Leading experts and public health officials discussed national and global responses to the growing monkeypox outbreak at the 24th International AIDS Conference (AIDS 2022) this week in Montreal, but advocates say the world is not doing enough to address the crisis, which is primarily impacting gay and bisexual men.

Opening a hastily organized media roundtable on July 31, new International AIDS Society president Sharon Lewin, MD, said she hoped AIDS 2022 would drive a more equitable global response to monkeypox. “Having worked in HIV for so long, we want to make sure that some of the mistakes in the early response to HIV are not going to be repeated in this situation.”

As of August 2, the Centers for Disease Control and Prevention (CDC) has identified 6,326 monkeypox cases in all but two states. Worldwide, there are now more than 25,300 cases, most of them in countries where monkeypox had not been reported prior to this outbreak.

While anyone can get monkeypox through close physical contact, cases remain overwhelmingly concentrated among men who have sex with men three months into the outbreak, even as testing for other groups has increased.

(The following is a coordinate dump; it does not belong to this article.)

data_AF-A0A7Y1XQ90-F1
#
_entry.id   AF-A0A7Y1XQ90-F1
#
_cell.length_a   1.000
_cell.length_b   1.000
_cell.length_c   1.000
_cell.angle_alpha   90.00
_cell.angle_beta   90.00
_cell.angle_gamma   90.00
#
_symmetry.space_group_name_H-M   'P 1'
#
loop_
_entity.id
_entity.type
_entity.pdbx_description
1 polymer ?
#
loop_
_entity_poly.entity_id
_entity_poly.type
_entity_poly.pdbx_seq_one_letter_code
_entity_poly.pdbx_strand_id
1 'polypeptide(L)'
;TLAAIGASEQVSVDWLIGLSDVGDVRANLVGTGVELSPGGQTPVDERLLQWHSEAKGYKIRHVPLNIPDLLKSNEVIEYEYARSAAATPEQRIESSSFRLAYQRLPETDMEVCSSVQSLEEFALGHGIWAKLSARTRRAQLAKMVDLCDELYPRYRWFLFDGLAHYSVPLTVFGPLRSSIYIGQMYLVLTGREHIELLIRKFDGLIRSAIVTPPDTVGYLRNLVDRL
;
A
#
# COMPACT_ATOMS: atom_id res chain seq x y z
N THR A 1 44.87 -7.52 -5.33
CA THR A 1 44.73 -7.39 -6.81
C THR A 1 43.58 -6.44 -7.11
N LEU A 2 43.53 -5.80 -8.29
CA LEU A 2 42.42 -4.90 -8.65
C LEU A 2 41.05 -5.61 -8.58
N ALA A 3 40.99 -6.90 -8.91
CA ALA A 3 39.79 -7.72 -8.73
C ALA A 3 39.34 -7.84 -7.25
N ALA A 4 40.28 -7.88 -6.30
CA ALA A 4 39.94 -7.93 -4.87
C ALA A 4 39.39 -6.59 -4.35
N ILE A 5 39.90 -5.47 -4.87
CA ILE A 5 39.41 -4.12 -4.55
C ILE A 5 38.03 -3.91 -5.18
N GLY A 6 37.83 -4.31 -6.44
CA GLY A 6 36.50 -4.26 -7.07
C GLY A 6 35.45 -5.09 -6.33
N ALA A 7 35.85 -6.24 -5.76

“The epidemiology is becoming more clear as time goes on,” said Meg Doherty, MD, PhD, director of global HIV, hepatitis and sexually transmitted infection programs for the World Health Organization (WHO).

According to the WHO’s August 2 situation report, 99% of monkeypox cases are among men, of whom 98% identify as men who have sex with men. Sexual activity was the most common transmission route, reported in 92% of cases. Of cases with a known age, only 25 were children age 4 or younger. Five cases among children have been reported in the United States, presumably linked to household transmission.

Before the current outbreak, experts believed monkeypox was not easily transmitted from person to person. In Central and West Africa, case numbers have been low and stable for decades, often linked to contact with animals. In a 2003 outbreak in the United States, nearly 50 people were infected via contact with pet prairie dogs, but there was no confirmed cases of person-to-person transmission.

But sexual networks provide a favorable niche for rapid monkeypox spread—and this may not be a new phenomenon. Speaking by video at a monkeypox symposium on Monday, Dimie Ogoina, MBBS, of Niger Delta University in Nigeria, described the changing epidemiology in that country, where monkeypox is endemic. As NPR recently reported, Ogoina was among the first to observe that during a 2017 outbreak in Nigeria, monkeypox cases shifted to young urban men without traditional risk factors, suggesting the virus was spreading through sexual contact.

Unanswered Questions